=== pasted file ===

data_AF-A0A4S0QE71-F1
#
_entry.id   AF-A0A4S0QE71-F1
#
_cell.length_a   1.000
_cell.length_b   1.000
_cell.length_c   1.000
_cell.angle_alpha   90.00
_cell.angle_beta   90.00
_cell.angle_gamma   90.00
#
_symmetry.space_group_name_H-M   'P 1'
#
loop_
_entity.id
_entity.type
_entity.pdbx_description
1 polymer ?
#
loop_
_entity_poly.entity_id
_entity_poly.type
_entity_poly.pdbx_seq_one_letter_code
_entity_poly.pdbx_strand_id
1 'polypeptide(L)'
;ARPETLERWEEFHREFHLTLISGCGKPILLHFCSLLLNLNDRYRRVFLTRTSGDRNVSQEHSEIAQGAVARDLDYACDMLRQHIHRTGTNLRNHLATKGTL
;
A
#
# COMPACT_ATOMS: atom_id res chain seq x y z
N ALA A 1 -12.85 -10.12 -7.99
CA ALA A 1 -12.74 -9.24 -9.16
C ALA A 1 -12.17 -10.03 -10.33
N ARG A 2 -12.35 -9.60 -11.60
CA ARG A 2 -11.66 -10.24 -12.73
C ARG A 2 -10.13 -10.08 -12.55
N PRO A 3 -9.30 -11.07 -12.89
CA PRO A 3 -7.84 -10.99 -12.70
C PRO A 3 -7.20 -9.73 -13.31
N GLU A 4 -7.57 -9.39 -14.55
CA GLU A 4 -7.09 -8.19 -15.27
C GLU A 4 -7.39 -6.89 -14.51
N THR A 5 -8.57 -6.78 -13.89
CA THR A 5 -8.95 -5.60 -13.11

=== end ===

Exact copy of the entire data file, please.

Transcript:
data_AF-A0A4S0QE71-F1
#
_entry.id   AF-A0A4S0QE71-F1
#
_cell.length_a   1.000
_cell.length_b   1.000
_cell.length_c   1.000
_cell.angle_alpha   90.00
_cell.angle_beta   90.00
_cell.angle_gamma   90.00
#
_symmetry.space_group_name_H-M   'P 1'
#
loop_
_entity.id
_entity.type
_entity.pdbx_description
1 polymer ?
#
loop_
_entity_poly.entity_id
_entity_poly.type
_entity_poly.pdbx_seq_one_letter_code
_entity_poly.pdbx_strand_id
1 'polypeptide(L)'
;ARPETLERWEEFHREFHLTLISGCGKPILLHFCSLLLNLNDRYRRVFLTRTSGDRNVSQEHSEIAQGAVARDLDYACDMLRQHIHRTGTNLRNHLATKGTL
;
A
#
# COMPACT_ATOMS: atom_id res chain seq x y z
N ALA A 1 -12.85 -10.12 -7.99
CA ALA A 1 -12.74 -9.24 -9.16
C ALA A 1 -12.17 -10.03 -10.33
N ARG A 2 -12.35 -9.60 -11.60
CA ARG A 2 -11.66 -10.24 -12.73
C ARG A 2 -10.13 -10.08 -12.55
N PRO A 3 -9.30 -11.07 -12.89
CA PRO A 3 -7.84 -10.99 -12.70
C PRO A 3 -7.20 -9.73 -13.31
N GLU A 4 -7.57 -9.39 -14.55
CA GLU A 4 -7.09 -8.19 -15.27
C GLU A 4 -7.39 -6.89 -14.51
N THR A 5 -8.57 -6.78 -13.89
CA THR A 5 -8.95 -5.60 -13.11